The group says it is signing up to the Government’s new Building Safety Pledge
Housebuilder Crest Nicholson has revealed another hit of up to £120 million after pledging to carry out further fire safety works on tall buildings in the wake of the Grenfell Tower tragedy.
The group said it is signing up to the Government’s new Building Safety Pledge, which commits developers to new guidelines for work on potentially unsafe cladding on buildings between 36ft (11m) and 59ft (18m) high.
Crest said it expects a further charge from the commitments of between £80 million and £120 million, though it said this is only its “best estimate” at this stage.
This comes on top of a £47.8 million bill for the firm so far for cladding works since the year to the end of October 2019, including a £29 million charge announced in January.
It is also contributing to the new Residential Property Developer Tax (RPDT), which came into force on April 1 to support the fire safety works programme on buildings taller than 59ft (18m).
Housebuilders had until April 5 to sign the Building Safety Pledge guidelines.
It comes after reports on Monday that the Government had dropped its demands for housebuilders to contribute towards a £4 billion cladding remediation fund after talks with the industry.
Instead, developers will have to commit to carrying out work on the medium-rise buildings they have built over the past 30 years and fund it themselves, with additional funding talks put off until later in the year.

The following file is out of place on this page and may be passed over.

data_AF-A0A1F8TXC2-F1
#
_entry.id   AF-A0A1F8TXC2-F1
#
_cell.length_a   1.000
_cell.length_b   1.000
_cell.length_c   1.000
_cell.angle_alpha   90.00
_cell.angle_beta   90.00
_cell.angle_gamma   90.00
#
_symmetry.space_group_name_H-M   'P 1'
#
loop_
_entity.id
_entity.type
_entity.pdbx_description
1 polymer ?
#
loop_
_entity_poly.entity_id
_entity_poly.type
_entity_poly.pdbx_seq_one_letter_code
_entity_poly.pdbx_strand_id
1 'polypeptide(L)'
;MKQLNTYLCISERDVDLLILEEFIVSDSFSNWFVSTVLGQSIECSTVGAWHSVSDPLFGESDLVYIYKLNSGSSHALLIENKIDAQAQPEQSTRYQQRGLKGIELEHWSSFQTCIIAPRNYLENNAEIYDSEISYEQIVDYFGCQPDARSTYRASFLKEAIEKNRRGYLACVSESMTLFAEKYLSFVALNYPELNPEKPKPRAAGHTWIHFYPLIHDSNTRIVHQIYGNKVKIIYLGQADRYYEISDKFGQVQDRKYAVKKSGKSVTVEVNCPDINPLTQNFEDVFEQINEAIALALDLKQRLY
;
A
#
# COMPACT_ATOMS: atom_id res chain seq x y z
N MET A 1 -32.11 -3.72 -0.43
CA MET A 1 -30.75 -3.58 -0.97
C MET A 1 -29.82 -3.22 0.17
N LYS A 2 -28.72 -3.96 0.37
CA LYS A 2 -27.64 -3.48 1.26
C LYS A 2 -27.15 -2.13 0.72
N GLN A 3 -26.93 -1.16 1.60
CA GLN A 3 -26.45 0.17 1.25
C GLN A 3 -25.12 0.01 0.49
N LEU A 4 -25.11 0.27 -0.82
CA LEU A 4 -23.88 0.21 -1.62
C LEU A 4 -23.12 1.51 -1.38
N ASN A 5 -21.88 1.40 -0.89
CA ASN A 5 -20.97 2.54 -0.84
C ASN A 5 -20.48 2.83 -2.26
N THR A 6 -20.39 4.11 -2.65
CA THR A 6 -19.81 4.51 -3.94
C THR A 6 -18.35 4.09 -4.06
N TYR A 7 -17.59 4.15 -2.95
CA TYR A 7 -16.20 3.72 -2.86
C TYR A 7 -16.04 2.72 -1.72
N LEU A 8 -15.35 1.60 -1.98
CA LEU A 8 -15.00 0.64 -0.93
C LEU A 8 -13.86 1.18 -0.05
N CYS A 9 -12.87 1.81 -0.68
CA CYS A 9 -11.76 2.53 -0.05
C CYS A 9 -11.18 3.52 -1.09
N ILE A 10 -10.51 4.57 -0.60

The housebuilding sector is facing a ballooning bill following the Grenfell Tower fire, which killed 72 people in 2017.
The Government announced in January that all leaseholders in high-rise blocks should not have to pay for remediation works on dangerous cladding, including those in properties between 36ft (11m) and 59ft (18m) tall.
Since then, it has been in discussions with the sector over new guidelines.
Crest said it believes signing the Building Safety Pledge is “in the best interests of the group, taking further steps to support those living in affected buildings”.
It said that “failing to agree to these new guidelines would carry further consequences, implemented by DLUHC (Department for Levelling Up, Housing and Communities), that would impact the group’s ability to operate and trade normally within the housing market”.
Crest added: “The cash outflows required to remediate the affected buildings will occur over several years.
“Given the group’s well capitalised financial position and strong current trading performance, the board does not consider this to present a risk to current or future operations.”
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